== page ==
Vital Signs is a weekly economic wrap from UNSW economics professor and Harvard PhD Richard Holden (@profholden). Vital Signs aims to contextualise weekly economic events and cut through the noise of the data impacting global economies.
This week: The US economy is looking healthy, but in Australia it’s a different story as departing RBA governor Glenn Stevens warns the federal government there’s only so much monetary stimulus can do when it comes to low inflation.
It’s starting to look more and more like a tale of two economies. The United States seems to be really bouncing back, while the Australian economy sputters.
Late last week US time, the Bureau of Labor Statistics reported that the US economy had added a healthy 255,000 jobs in July, with unemployment at 4.9% and average weekly earnings up 2.3% over the last 12 months. All this points to a recovery that is gaining momentum and a likely 25 basis point rate hike by the US Federal Reserve at one of its next two meetings.
The news is not so good in Australia.
There’s concern about what the Reserve Bank of Australia’s (RBA) latest rate cut to 1.5% signals about the economy. The RBA reportedly has been working out what a large-scale bond-buying program (so-called “quantitative easing”) would look like. And incoming governor Philip Lowe says that once the cash rate hits 1.0%, quantitative easing is the only effective monetary policy tool available.
Meanwhile, outgoing governor Glenn Stevens took the opportunity in his last official speech to highlight the importance of fiscal policy.
He distinguished between “good debt” and “bad debt”, between government borrowing that funds productive investments compared to that which funds recurrent spending, saying:
“Let me be clear that I am not advocating an increase in deficit financing of day-to-day government spending. The case for governments being prepared to borrow for the right investment assets – long-lived assets that yield an economic return – does not extend to borrowing to pay pensions, welfare and routine government expenses, other than under the most exceptional circumstances.
"It remains the case that, over time, the gap in the recurrent budget has to be closed, because rising public debt that is not held against assets will start to be a material problem.”
I couldn’t have put it better myself. Oh, wait, I did, here, here and here.
In any event, the prospect of quantitative easing and the seeming confirmation that Australia is suffering from “secular stagnation” might finally lead to a public debate about public investment in projects with high returns. Especially when the Commonwealth can borrow at historically low rates.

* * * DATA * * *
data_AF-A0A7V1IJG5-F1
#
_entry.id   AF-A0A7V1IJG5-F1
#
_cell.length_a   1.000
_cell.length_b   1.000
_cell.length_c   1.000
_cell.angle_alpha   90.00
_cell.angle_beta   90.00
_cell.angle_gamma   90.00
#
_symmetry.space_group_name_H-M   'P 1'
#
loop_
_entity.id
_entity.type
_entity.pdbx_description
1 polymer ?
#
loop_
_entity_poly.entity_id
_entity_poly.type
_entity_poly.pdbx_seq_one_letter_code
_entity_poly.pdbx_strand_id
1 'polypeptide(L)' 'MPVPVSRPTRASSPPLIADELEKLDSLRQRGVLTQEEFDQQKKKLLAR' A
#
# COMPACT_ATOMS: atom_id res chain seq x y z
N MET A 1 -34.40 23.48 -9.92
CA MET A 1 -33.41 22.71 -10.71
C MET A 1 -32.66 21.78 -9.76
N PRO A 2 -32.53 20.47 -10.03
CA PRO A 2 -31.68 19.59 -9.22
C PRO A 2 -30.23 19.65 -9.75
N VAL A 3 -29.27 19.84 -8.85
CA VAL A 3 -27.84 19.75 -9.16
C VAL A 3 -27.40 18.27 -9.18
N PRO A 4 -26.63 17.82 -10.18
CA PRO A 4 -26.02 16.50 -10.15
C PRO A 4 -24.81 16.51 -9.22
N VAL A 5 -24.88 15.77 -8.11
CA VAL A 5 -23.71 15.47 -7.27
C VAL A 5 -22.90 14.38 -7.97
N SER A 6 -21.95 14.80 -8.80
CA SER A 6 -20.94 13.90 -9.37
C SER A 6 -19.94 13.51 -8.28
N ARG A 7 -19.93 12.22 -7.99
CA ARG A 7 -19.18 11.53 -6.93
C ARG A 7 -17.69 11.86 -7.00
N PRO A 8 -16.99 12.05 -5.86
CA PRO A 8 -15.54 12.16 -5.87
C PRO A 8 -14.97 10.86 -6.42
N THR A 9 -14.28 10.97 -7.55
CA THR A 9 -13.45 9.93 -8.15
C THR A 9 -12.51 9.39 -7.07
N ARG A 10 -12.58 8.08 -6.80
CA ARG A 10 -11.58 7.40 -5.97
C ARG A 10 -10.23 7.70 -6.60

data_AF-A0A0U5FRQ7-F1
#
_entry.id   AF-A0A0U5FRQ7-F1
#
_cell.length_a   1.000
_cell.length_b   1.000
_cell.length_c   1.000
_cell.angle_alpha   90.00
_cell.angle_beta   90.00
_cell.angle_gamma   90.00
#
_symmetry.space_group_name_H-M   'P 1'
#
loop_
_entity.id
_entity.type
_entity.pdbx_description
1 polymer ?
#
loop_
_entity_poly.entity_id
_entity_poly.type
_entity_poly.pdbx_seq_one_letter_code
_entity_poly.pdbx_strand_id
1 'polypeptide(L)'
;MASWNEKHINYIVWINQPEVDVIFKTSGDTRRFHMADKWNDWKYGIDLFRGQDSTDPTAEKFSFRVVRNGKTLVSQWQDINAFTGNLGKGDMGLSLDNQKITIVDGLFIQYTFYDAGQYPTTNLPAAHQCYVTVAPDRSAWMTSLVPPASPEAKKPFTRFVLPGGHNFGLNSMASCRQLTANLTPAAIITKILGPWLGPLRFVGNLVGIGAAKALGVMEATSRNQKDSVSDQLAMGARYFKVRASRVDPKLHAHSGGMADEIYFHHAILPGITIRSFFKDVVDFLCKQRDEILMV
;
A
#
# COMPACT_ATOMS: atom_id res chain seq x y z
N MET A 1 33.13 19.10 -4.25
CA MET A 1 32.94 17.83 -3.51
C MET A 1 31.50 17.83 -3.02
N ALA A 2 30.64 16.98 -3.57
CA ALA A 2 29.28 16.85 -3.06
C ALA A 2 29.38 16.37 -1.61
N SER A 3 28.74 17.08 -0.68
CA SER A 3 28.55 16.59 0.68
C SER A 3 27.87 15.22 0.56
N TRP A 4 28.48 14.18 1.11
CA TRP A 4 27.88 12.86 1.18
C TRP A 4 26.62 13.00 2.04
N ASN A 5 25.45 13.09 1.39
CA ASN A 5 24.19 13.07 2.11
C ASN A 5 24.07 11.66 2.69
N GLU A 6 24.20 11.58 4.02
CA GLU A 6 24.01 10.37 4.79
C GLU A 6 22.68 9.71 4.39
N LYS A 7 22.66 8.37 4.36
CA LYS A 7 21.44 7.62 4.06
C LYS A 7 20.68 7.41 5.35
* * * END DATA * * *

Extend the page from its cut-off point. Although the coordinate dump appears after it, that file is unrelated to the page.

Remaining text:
There is physical infrastructure – like roads, rail and the National Broadband Network – that needs modernising, and smart investments in education are also proven to deliver high returns.
Underlining the fragility of the Australian economy, in the NAB Business Survey confidence came in at +4 index points in July, down from +5 in June. Part of that is surely to do with the accommodating monetary policy from the RBA.
On the consumer side, there was less good news. The Westpac Consumer Sentiment Index dropped 3% in July, although just today the August figure showed a 2% increase. At best, consumer confidence is volatile.
Meanwhile, the Chinese economy remains a concern, with exports falling 4.4% in July and imports down fully 12.5% for the month. China’s growth continues to be relatively sluggish, with the June quarter figure of 6.7% the lowest since the financial crisis. We will get more news late Friday with industrial production numbers set to be released.
The Reserve Bank of New Zealand (RBNZ) cut interest rates 25 basis points this Thursday, taking the cash rate from 2.25% to 2%. The RBNZ also foreshadowed further cuts because of low inflation, saying: “Our current projections and assumptions indicate that further policy easing will be required to ensure that future inflation settles near the middle of the target range.”
As the 45th Australian Parliament sits late this month, it will do so against the backdrop of an Australian economy in dire need of a boost. With the RBA signalling that monetary policy is reaching its limit, it will be up to fiscal policy to do its job.
Yet with a wafer-thin majority in the house, and a Senate cross bench containing a significant number of economic populists who don’t believe in free trade or foreign investment, it will be a challenge for the government.
Let’s hope they listen carefully to Glenn Stevens’ admonition.